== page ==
Home pageArticles - biotech and pharmacyMNT: DNA Clue Discovered For Why Women Outlive Men

MNT: DNA Clue Discovered For Why Women Outlive Men

Date: 15.8.2012 

A new study of mitochondrial DNA in fruit flies offers a number of clues that might explain why females tend to outlive males across much of the animal kingdom, including humans.

Researchers from Monash University in Australia and Lancaster University in the UK, write about their work in the 2 August online issue of Current Biology.

They found male fruit flies appear to have mutations in their mitochondrial DNA that affect how fast they age and how long they live.

Scientists use fruit flies as models for studies in genes and aging because their biological processes are remarkably similar to that of other animals, such as humans, and with a lifespan of about a month, it doesn't take too long to investigate generational effects.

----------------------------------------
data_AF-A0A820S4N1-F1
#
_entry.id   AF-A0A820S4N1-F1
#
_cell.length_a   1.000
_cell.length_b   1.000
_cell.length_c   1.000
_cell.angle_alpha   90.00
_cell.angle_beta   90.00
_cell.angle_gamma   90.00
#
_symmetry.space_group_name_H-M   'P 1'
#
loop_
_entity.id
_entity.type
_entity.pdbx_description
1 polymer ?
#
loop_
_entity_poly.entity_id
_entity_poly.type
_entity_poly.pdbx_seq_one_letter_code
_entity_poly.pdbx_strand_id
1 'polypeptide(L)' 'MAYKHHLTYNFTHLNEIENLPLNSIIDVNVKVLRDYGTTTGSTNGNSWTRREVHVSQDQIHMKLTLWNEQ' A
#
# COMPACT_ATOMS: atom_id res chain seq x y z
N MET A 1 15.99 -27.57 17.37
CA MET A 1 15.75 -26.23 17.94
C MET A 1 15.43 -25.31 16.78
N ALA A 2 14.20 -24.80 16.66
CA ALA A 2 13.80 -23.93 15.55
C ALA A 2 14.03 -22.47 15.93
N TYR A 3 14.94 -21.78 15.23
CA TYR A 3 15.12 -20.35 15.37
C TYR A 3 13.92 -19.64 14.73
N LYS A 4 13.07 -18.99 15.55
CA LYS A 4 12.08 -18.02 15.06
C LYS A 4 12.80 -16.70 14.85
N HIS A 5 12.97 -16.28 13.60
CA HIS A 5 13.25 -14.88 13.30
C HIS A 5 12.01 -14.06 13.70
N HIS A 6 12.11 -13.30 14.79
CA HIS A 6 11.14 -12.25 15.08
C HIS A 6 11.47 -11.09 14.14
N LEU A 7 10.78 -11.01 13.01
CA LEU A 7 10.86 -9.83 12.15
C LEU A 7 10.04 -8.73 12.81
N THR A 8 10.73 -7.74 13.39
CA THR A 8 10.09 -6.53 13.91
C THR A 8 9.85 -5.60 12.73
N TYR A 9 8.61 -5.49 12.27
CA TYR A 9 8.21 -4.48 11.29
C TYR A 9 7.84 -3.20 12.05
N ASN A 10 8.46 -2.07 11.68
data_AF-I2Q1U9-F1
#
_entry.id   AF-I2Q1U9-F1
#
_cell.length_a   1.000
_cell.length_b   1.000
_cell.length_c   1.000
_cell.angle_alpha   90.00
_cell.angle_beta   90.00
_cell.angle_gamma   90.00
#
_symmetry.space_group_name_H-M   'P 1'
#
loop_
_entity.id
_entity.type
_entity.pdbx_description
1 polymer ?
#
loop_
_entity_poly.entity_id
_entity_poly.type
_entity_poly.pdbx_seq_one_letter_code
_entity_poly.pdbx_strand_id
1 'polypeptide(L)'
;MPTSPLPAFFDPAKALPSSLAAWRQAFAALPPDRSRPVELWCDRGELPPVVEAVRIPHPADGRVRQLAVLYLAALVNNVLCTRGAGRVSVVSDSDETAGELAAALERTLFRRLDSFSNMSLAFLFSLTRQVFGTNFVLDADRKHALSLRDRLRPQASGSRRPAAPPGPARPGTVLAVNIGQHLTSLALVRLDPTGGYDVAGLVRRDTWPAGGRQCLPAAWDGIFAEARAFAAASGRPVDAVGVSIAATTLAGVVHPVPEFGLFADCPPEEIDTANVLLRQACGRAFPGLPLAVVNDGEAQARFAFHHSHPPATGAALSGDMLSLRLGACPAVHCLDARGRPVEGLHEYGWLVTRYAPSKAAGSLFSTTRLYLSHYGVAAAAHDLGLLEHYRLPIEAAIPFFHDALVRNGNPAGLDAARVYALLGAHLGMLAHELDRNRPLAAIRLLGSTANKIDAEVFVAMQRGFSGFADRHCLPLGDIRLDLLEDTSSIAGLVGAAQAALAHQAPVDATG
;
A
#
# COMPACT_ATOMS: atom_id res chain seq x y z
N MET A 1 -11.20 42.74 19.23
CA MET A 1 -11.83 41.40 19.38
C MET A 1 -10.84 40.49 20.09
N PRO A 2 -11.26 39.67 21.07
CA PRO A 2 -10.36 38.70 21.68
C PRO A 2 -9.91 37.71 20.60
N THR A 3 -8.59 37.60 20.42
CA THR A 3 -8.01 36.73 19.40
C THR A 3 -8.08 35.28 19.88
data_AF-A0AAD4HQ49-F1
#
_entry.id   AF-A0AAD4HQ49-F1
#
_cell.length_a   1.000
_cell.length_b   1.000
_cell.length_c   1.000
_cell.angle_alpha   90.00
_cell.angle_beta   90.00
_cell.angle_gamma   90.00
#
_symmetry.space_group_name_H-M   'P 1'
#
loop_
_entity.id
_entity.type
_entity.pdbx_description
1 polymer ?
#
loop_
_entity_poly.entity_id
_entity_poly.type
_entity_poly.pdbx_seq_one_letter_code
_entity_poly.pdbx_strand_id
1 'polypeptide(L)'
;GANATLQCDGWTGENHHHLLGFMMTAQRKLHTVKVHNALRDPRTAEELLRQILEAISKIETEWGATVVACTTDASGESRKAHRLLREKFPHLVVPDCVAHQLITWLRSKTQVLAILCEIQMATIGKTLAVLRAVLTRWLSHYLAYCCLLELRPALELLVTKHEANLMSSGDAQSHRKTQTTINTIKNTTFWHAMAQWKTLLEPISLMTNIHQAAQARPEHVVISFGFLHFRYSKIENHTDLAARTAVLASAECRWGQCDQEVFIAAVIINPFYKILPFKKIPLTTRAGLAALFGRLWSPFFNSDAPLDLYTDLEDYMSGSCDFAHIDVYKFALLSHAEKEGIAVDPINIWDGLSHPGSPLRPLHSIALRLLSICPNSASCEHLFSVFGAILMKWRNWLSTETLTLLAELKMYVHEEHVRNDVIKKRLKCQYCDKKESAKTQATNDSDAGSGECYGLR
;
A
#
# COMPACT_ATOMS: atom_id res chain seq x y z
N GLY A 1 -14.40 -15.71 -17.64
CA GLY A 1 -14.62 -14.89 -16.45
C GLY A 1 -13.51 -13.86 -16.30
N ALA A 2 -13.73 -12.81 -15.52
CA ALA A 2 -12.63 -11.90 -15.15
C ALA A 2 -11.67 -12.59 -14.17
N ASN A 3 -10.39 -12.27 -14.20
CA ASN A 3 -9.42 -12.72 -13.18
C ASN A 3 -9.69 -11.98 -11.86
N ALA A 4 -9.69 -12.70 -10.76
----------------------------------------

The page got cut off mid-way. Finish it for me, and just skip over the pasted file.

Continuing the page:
Senior author Damian Dowling, a research fellow in the Monash School of Biological Sciences, told the press:

"All animals possess mitochondria, and the tendency for females to outlive males is common to many different species. Our results therefore suggest that the mitochondrial mutations we have uncovered will generally cause faster male aging across the animal kingdom."

"Intriguingly, these same mutations have no effects on patterns of aging in females. They only affect males," he added.

Mitochondria are special subunits of cells, about the same size as bacteria, that provide the energy for life. They combine sugar and oxygen into adenosine triphosphate or ATP, molecular packets of energy that are usable by cells.

Mitochondria have their own DNA that is quite separate from the cellular DNA in the nucleus of the cell...

... the whole article you can find on





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